Write as often as you can. That's what writers do — they write. They think about their words, rehearsing in their heads- and then they write. Sometimes though they get a spark of an idea and just have to write it down, rather than risk losing it.
Carry a writer’s notebook with you and collect your ideas wherever you may be. My notebook is my travelling companion and a place to collect ideas and memories.
American poet, Ted Kooser advises potential poets to, ‘Read at least 100 poems before you write one.’ My advice is similar to Ted. You certainly need to read lots of poetry to get a feel for the shape and sounds of this wonderful form of writing.
Try to write in your notebook every day, -even if it’s just a few words or lines.
When you begin to write start with the things closest to you — yourself, or your family, friends, and pets. Things that surround you. Old photographs work for me too. Never forget, ideas exist in things. These are the things you know best. They are closest to your heart. It's so much easier than writing about things you know little or nothing about.
When writing poems, don't worry about trying to make them rhyme. Rhyme is challenging when you are starting out. It's important to say what you really want to say than using rhyming words that don’t really fit with what you’re trying to say to your readers.
Don't expect to get things right the first time. Your first words might sound a bit clunky. Experiment, and play with the order of things by moving lines and words about. If a word is not doing its important work, Get rid of it. Be ruthless.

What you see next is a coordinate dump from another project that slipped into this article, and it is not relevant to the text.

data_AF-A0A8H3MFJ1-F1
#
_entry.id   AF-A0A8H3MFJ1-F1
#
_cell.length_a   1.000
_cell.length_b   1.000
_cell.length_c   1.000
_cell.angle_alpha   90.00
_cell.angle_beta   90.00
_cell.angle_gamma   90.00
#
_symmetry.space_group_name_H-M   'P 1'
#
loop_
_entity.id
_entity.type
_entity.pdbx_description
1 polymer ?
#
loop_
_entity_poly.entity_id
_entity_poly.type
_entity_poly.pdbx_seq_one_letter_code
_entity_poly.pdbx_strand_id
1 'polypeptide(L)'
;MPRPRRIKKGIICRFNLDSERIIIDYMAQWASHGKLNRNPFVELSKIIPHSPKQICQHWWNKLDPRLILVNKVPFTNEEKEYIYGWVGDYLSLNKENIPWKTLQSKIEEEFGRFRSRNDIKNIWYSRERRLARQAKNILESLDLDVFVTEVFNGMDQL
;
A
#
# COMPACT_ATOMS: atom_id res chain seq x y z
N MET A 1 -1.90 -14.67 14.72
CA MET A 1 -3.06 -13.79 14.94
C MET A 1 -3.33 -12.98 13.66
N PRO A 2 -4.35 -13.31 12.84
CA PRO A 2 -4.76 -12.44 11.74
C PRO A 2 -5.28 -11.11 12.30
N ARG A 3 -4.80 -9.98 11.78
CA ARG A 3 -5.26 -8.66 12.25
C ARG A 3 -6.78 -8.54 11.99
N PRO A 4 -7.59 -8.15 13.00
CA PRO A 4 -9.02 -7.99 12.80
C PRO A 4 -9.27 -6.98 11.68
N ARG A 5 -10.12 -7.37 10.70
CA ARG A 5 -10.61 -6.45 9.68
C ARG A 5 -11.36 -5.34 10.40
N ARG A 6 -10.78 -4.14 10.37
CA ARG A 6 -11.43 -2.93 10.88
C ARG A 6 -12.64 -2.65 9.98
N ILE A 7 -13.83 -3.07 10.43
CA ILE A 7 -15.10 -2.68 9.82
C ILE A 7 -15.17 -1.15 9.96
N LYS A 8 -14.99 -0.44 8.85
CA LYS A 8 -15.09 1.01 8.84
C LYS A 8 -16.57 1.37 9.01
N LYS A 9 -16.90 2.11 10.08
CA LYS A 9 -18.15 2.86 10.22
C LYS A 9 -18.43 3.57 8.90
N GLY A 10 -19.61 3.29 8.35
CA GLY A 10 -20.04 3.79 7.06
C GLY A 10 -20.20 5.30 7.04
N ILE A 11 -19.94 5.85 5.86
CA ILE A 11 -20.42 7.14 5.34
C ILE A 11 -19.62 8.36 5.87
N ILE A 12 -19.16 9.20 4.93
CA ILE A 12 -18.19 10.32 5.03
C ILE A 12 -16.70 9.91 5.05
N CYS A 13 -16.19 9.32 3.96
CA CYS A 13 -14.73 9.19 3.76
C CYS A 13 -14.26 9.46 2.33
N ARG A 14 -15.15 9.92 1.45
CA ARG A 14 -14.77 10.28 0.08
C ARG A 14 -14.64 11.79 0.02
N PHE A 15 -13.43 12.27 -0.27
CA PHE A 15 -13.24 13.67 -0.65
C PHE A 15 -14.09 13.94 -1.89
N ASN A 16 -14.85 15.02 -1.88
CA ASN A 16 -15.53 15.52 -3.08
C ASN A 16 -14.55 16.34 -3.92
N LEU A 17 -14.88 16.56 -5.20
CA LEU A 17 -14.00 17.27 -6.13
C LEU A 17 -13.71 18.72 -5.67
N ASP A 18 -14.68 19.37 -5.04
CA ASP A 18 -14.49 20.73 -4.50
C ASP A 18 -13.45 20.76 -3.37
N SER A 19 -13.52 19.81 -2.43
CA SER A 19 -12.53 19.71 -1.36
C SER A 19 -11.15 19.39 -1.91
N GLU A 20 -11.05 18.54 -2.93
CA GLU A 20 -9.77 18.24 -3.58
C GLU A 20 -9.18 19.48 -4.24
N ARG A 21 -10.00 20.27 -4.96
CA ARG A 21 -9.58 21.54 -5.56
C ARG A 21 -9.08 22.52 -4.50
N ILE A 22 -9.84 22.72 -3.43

Read your poems aloud so you hear them as a reader would. The words needs to roll out smoothly. If they sound a little clunky. Be prepared to revise them. When your words are ready, you will hear them click into place, -a bit like Lego pieces.
Celebrate words. They are a poet’s life source. Collect great sounding words. Experiment with words. Feel free to invent words. Surround yourself with language. Eat poetry until the ink appears at the corners of your mouth.
When you find a topic or idea you wish to write about, try writing two or three different poems about it using different points of view.
Write about feelings. Write about how you feel in different situations and at different times. Get to know your emotional self. Notice your own normal, but also notice your weirder self.
Take a walk around your neighborhood. Take photographs, draw [pictures— and write about the things you see there.
Sometimes, no matter how hard you try the words may refuse to fall in the right places. When this happens, put a little distance between you and your writing. Just for a while do something else. Then try writing again later. The problem often resolves itself while you are away.
All writing requires ‘stickability.’ It is therefore important to keep practicing. Give yourself positive
Alan j Wright